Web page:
On This Day in Aviation History

Mar 27, 2014 No Comments by

1905 – Birth of Elizabeth Muriel Gregory “Elsie” MacGill, a Canadian known as the “Queen of the Hurricanes,” who became the world’s first female aircraft designer.

1927 – Royal Air Force’s first all-metal fighter, the Armstrong Whitworth Siskin IIIA, enters service with No. 41 Squadron.

1945 – Operation Starvation, the aerial mining of Japan’s ports and waterways begins; the mining runs were made by Boeing B-29 Superfortresses at night at moderately low altitudes.

1975 – First flight of the de Havilland Canada DHC-7 (shown), popularly known as the Dash 7, a turboprop-powered regional airliner with STOL capabilities.

1987 – Death of Hans-Georg von der Osten, German World War I flying ace who also served in World War II.

1999 – A Soviet anti-aircraft missile takes down a U.S. Air Force Lockheed F-117 Nighthawk in the Kosovo War; it is the first and last time the stealth fighter is lost to enemy action. The pilot survives.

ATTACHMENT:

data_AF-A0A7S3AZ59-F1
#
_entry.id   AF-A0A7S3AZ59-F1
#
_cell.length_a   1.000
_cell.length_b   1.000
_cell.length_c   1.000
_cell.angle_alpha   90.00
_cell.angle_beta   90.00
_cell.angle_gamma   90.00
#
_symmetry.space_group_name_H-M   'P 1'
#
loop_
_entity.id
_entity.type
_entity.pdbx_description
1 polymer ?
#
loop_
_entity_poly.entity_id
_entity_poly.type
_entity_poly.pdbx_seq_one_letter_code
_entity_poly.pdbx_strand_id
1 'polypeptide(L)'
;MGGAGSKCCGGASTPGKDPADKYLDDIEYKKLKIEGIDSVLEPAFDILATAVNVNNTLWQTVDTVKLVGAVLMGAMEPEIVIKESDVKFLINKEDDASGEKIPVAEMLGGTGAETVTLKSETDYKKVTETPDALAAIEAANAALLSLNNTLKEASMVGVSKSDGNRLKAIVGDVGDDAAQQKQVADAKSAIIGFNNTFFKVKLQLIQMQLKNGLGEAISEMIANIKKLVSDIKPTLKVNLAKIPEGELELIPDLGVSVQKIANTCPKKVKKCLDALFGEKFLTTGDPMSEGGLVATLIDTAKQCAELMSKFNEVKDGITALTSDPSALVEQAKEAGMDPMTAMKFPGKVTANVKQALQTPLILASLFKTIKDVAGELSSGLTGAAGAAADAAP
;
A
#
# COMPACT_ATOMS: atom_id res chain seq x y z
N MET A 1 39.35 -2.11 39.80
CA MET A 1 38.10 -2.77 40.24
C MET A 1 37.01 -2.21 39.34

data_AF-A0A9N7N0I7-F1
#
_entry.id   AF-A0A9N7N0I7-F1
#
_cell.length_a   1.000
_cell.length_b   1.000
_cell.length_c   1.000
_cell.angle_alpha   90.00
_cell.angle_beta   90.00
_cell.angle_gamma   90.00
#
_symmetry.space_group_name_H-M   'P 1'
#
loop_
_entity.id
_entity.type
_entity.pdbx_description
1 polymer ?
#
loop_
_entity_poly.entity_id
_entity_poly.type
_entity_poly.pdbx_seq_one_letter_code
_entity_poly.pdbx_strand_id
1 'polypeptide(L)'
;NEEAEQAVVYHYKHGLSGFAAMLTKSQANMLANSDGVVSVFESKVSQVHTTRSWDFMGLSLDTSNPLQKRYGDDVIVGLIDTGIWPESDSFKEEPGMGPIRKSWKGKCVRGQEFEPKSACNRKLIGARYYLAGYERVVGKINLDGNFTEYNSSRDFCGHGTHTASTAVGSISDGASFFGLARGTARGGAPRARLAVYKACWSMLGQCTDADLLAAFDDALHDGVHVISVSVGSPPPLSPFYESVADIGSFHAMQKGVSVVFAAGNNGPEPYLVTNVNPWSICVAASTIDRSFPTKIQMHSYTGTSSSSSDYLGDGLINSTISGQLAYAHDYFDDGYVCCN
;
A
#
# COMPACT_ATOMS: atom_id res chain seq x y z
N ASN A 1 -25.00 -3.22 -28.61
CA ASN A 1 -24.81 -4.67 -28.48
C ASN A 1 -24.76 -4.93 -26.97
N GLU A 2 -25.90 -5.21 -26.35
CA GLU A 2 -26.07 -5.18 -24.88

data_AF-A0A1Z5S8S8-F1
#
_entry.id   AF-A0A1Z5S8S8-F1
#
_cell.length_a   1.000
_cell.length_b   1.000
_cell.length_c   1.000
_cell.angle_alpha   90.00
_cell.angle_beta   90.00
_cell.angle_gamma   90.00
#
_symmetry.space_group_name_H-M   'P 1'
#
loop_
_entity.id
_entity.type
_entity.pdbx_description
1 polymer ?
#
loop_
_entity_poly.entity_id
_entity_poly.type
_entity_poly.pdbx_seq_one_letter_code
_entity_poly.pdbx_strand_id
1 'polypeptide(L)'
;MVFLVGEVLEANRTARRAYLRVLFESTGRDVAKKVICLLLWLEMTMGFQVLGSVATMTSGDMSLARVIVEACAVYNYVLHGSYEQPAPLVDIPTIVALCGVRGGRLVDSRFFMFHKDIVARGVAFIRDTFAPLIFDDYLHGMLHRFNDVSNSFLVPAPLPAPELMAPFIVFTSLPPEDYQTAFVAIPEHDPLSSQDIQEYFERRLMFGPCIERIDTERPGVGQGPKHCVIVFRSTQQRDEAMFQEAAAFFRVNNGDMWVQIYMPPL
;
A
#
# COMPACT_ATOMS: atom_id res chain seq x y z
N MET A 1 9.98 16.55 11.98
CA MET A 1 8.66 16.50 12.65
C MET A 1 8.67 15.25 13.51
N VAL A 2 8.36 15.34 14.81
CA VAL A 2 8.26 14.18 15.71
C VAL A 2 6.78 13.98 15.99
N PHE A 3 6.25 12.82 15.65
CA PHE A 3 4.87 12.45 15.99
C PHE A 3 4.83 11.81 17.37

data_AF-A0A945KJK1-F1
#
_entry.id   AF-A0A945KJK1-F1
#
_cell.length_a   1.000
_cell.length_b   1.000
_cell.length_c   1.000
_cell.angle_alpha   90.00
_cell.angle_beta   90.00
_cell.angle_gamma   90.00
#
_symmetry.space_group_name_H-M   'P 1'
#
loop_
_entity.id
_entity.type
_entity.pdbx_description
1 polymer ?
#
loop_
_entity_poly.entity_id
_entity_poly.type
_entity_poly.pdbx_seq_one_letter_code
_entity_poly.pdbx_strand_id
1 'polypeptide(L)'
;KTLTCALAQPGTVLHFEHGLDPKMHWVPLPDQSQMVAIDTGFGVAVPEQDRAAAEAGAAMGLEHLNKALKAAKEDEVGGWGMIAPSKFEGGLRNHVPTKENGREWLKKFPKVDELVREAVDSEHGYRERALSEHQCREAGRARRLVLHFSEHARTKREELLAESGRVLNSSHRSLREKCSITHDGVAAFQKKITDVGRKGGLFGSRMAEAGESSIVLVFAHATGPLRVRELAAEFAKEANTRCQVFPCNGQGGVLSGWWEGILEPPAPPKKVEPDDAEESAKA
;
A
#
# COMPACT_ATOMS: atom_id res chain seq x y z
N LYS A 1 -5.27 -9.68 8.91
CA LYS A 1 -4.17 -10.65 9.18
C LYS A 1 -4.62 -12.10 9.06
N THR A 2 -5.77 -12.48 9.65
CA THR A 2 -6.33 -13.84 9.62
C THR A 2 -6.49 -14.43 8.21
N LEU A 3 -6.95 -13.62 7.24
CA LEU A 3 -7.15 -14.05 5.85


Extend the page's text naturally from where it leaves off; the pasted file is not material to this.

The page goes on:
Civilian, Featured News, Military

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Online Editor I've been around airplanes since I was a kid. That's when my uncle, a professional pilot, showed me how to fly his Cessna 177 Cardinal. l later became a writer and editor, so covering the exciting and ever-changing aviation industry -- which I've been doing in Flight Journal's Flybys since the late '90s -- was a natural fit.
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